Vol. V, Sept. '99


Enemies in the Hands of GOD (cf 2 Chron 32)

Dear Brothers in the Priesthood!

The second book of Chronicles gives the history of the kings of Israel after David. Solomon built and consecrated the temple in Jerusalem (ch. 1-9), then the kingdom was divided and many kings were unfaithful to the Lord. However, Scripture does recall the outstanding example of Hezekiah's virtues: "He did what was right in the eyes of the Lord, according to all that David his father had done" (2 Chron 29,2); he called the people of Israel to "return to the Lord" (2 Chron 30,6); when "his heart was proud, he humbled himself for this pride of his heart" (2 Chron 32,25 f.). In the first account, we considered man's humility as manifested in prayer and the openness of seeking the help of others, together with God's fidelity to His Word once given (cf. 2 Kings 19; Circular V,7). It would be worthwhile to reflect here on the enemies in human life, their role and powerlessness.

1. Obstacles are a normal occurrence as we journey our way on earth. Objectively, they can be very slight, or sometimes quite difficult, and subjectively, our ego does not take lightly the intrusion on its sovereignty: for example, someone wants to pass through the door first; the traffic-light turns red before us; an appointment was canceled; a stroke changes our entire life, etc. In religion we call them "crosses", a necessary means on our way to the eternal goal. So when "Hezekiah prospered in all his works, God left him to himself, in order to try him and to discover all that was in his heart" (2 Chron 32,30-31).

a) Man has to be tested in order to achieve union with God. "The Lord disciplines man whom He loves, and chastises every son whom He receives" (Hebr 12,6). He who wishes to climb up the ladder to Heaven has to carry his cross daily (cf Lc 9,23; 6,40). That is why Hezekiah is put to the test " ... to know all that was in his heart" (2 Chron 32,31). It is when man is in difficulties that what is within himself will be revealed, for it is then that he must struggle most! This is the reason why St. Thomas commented that, "the absence of trials is almost a sign of eternal rejection" (In Hebr 12,6; Marietti 674), and St. Gregory the Great is still clearer: "If you do not have temptations, it is because the demons are your friends, your guide and your shepherds", for according to the Cure d'Ars, "the devil lets us live in a false peace" (for these and the following quotes see G. Huber, Vattene via Satana! Il diavolo oggi, Vaticano, 1993, 56-62). St. Vincent de Paul stated, "therefore to be put to the test by temptations is a grace and a sign that GOD loves us", this makes our merits and virtues much greater". "Temptations allow us to go quicker on our way to God", according to the Cure d'Ars, and are "the surest sign that we are on our way to Heaven".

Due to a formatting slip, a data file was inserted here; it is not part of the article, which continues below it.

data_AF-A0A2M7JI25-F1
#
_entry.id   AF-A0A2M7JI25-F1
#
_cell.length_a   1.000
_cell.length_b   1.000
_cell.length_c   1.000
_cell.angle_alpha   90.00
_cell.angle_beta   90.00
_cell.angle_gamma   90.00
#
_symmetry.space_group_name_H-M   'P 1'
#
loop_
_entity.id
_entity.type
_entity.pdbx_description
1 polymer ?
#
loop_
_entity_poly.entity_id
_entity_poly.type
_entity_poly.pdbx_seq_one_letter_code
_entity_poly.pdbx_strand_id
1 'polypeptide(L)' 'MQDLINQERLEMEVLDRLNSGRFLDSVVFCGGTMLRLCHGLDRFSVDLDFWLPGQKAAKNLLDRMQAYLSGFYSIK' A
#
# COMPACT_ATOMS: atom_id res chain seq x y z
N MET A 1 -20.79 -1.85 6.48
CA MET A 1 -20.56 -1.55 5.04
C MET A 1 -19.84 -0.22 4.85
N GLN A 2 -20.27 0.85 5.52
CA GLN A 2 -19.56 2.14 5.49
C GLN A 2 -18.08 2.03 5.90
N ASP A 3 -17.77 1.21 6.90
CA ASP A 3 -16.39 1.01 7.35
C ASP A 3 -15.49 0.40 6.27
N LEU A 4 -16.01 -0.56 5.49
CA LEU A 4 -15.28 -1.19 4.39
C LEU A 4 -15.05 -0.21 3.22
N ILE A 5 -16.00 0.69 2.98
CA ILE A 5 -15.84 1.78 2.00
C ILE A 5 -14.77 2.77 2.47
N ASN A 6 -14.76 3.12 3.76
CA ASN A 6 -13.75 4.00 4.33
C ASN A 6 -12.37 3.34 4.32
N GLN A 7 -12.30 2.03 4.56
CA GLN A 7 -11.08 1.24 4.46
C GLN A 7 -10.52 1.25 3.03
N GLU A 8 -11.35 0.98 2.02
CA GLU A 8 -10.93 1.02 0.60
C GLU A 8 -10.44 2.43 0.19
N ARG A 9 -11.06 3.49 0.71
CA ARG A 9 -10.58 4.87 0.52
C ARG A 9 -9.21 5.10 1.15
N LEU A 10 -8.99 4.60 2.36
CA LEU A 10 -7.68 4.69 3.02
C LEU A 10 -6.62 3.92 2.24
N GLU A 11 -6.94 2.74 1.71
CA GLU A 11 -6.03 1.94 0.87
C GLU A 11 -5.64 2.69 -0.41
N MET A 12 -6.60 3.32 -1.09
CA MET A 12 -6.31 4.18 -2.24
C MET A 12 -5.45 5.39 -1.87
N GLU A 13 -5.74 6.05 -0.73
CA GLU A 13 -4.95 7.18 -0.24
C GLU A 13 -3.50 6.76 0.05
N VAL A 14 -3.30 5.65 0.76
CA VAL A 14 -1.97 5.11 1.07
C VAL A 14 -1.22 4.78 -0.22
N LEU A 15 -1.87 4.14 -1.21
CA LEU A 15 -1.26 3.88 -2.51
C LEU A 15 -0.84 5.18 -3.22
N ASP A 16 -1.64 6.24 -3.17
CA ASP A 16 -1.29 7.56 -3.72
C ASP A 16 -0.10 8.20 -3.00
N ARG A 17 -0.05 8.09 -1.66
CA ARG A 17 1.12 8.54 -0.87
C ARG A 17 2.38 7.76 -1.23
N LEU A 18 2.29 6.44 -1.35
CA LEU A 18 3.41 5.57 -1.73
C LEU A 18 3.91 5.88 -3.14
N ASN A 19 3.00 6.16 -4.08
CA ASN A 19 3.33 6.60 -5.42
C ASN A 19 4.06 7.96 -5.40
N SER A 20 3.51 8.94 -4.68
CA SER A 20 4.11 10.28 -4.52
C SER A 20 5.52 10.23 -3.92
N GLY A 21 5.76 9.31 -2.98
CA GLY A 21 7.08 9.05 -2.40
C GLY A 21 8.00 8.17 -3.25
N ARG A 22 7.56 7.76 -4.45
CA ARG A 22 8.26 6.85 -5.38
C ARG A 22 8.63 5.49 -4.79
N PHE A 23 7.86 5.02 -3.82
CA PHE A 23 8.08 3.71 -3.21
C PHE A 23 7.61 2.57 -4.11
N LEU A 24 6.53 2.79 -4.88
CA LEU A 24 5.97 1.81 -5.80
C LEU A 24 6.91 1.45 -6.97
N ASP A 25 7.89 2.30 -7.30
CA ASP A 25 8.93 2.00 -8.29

b) To arouse his decisions, man is inspired to do good, and this is a mission which is fittingly given to the faithful Angels. But man can also be provoked to do evil, that which is fitting to the fallen angels, and for that purpose God left some of them on earth, on places where we live (cf Eph 2,2; 1 Pet 5,8; Lk 8,26 ff; St. Thomas, Summa theol. 1,64,4 and 114). Although temptations can come from the world and our own flesh, Card. Journet pointed out the most ironic thing when he said, "No one, after God, will have collaborated more to the sanctity of Job than the devil, and no one will have wanted it less!" Conscious of God's omnipotence and of the answer given to St. Paul, "My grace is sufficient for you" (1 Cor 12,8) St. Vincent de Paul taught, "we have not to ask God to be freed from temptations, but to make good use of them and to avoid that we be defeated. St. James said: "Count it all joy, my brethren, when you meet various trials, for you know, the testing of your faith produces steadfastness (1,2)". "God knows like the best doctor and wants like the best father the most fitting medicine to heal the sicknesses of our souls, hidden or open, and provides the best way for the cure, even if they are not according to our taste" (St. Ignatius). Therefore, "Pray, hope and don't worry!" (Bl. Padre Pio).

2. We see in the marvellous event of our text that man remains totally sheltered and safe in the omnipotent hand of God: "Hezekiah the king and Isaiah the prophet ... prayed and the Lord sent an Angel who cut off all the mighty warriors and commanders and officers in the camp of the king of Assyria. So the king returned shamefaced to his own country" (2 Chron 32,20-21), and "that night the Angel of the Lord slew a hundred and eighty-five thousand" (2 Kings, 19,34f.). Are the enemies of God really so helpless as they appear here?

a) By nature, the angels who turned against God, the devils, are still pure spirits! "The natural gifts remain in them fully and in the most splendid way - integra et splendidissima" (St. Thomas, De Malo, 16,6). The sin of the Angel took nothing away from their natural perfection, for it is the supernatural that has been stripped from them. They still have that encompassing knowledge, that power to affect and penetrate our senses, our memory, our imagination. "Scripture witnesses to the disastrous influence of the one Jesus calls ‘a murderer from the beginning' who would even try to divert Jesus from the mission received from his Father" (CCC 394).